a simple question

Discussion in 'General Electronics Chat' started by simf14, Feb 6, 2009.

  1. simf14

    Thread Starter Active Member

    Jul 27, 2007
    From a novice:

    I have four, 4-amp, 12V devices I need to power at the same time. Do I use a 4 amp 12V transformer, or is it 16 amps?

    Thank you for helping.

    Curtis P.
  2. KL7AJ

    Senior Member

    Nov 4, 2008
    Yer gonna need 16A

  3. Torben

    New Member

    Mar 15, 2008
    Hi there,

    Note that I'm just some guy with a soldering iron and a workshop, not an electrician or EE. But I honestly think that to get a usable and safe answer you need to provide more information. For instance:

    Are the 4 devices 12VAC or 12VDC? In series or parallel? Are there motors, large caps, etc involved?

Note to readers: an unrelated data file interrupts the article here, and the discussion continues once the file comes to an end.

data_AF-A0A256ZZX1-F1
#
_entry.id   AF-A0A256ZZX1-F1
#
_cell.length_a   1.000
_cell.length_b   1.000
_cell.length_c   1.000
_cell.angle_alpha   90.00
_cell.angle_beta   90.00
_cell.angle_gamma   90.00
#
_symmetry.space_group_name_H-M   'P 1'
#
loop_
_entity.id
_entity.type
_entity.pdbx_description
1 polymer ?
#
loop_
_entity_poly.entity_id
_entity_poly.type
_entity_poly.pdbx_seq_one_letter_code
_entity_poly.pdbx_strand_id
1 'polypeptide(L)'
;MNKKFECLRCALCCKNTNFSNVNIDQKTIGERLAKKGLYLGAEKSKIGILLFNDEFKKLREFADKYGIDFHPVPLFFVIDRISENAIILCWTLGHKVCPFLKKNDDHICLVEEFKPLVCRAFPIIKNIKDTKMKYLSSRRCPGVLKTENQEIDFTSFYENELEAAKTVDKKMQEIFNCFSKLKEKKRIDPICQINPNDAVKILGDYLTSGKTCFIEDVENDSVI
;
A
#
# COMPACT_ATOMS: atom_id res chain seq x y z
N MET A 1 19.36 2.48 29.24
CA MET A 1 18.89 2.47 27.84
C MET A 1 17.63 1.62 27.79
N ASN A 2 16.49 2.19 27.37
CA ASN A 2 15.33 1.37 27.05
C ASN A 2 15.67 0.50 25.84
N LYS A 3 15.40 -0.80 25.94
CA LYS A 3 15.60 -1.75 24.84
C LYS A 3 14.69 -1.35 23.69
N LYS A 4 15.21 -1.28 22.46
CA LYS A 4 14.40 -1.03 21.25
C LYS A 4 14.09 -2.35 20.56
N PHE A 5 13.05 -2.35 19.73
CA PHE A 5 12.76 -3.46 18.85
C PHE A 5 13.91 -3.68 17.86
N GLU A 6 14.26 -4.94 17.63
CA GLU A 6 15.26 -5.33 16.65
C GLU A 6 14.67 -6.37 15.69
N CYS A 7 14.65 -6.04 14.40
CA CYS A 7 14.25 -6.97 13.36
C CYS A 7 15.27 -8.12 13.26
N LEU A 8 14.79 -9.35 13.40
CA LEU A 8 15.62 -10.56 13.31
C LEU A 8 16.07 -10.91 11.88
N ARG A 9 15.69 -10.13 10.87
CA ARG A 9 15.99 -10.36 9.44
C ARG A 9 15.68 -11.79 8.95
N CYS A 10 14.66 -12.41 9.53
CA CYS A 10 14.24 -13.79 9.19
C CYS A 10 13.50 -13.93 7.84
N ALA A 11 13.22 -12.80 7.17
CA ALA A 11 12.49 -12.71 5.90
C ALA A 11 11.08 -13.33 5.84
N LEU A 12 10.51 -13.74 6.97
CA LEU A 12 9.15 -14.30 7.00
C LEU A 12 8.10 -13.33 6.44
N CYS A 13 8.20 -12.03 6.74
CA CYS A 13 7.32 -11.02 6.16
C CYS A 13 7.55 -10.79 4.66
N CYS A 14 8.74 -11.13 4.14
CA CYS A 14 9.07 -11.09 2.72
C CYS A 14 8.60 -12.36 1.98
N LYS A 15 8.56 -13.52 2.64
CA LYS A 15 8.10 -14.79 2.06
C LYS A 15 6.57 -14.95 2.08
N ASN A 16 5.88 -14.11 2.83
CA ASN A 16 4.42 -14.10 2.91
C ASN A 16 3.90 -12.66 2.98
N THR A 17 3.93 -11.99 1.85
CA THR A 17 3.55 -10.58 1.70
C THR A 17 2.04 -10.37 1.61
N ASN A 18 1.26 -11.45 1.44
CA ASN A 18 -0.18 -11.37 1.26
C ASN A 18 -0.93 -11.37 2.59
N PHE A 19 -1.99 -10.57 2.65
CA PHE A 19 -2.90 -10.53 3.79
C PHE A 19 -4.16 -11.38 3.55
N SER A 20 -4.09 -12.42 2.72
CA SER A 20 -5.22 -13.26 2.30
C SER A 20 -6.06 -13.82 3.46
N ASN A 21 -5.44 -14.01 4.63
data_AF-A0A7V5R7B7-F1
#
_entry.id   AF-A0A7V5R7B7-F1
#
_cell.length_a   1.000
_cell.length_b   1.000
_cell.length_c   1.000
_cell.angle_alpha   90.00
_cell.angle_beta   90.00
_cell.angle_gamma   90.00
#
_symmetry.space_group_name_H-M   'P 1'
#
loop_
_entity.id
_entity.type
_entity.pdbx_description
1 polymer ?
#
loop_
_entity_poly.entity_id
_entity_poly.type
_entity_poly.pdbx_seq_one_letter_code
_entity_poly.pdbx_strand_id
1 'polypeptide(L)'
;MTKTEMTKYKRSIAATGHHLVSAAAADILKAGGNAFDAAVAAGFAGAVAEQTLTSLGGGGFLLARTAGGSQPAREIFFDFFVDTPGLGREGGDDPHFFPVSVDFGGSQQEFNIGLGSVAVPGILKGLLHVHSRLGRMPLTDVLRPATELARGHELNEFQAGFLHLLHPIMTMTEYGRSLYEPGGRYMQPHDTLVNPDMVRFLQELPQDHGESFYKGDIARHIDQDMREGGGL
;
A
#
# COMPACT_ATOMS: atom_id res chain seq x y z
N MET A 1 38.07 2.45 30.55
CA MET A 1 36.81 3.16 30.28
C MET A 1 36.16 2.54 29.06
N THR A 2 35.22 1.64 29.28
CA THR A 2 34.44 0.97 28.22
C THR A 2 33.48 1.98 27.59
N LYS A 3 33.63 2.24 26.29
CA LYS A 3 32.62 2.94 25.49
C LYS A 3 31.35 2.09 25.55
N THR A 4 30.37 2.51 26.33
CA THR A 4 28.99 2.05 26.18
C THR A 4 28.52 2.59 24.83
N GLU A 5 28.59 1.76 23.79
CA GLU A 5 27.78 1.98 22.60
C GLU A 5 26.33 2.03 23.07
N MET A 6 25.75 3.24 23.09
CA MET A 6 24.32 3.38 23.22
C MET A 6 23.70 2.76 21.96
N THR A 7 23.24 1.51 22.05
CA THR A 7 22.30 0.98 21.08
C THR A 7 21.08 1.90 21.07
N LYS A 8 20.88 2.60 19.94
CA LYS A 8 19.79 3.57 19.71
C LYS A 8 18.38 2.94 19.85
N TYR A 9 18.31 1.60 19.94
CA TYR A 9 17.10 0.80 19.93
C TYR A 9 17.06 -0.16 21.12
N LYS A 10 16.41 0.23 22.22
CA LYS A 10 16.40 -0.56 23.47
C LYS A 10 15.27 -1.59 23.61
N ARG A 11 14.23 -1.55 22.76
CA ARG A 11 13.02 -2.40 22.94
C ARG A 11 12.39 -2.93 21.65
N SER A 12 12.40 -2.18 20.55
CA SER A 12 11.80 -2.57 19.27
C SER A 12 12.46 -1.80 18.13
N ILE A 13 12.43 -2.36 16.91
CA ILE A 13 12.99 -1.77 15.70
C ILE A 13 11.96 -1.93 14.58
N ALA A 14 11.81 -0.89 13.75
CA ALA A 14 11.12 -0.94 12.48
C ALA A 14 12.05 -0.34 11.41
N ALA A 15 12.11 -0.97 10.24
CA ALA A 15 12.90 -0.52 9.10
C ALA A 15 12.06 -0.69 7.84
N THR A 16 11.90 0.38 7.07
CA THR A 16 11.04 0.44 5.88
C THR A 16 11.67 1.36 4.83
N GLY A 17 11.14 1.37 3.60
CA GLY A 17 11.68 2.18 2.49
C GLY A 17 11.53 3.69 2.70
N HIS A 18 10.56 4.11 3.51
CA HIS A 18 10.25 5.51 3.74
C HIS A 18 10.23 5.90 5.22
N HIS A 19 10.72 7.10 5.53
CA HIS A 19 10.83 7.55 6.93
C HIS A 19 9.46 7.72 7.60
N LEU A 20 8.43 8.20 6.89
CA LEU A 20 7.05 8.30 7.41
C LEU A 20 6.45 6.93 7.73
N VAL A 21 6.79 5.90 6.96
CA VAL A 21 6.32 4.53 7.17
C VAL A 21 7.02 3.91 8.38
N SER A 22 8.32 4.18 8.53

If they're arranged in series you could use (on paper) a 48V 4A transformer; in parallel you'd need at least a 16A transformer. Although I think it would be a better idea to use a somewhat larger transformer than you think you'll need, especially if these "devices" have any kind of inrush current surge when first energized. Motors, large capacitors, etc. can all cause larger than normal current drains during first few moments of life.

    I think more information is needed to answer this properly.


  4. simf14

    Thread Starter Active Member

    Jul 27, 2007
    Wow thank you for the help. They are solenoids for hydraulic actuator valves on a flight simulator, 12VDC hooked up in parallel, no caps or other things involved. Hooked them up to a 12VDC, 2A car battery charger in parallel and they just work. The 4A, 12V is stamped on them and is probably the max rating. The specs are here...http://www.hydraforce.com/Electro/Elec-pdf/3-200-1.pdf Part #6306012. (at 14W, they are 9.8 ohms with initial amp draw 1.22)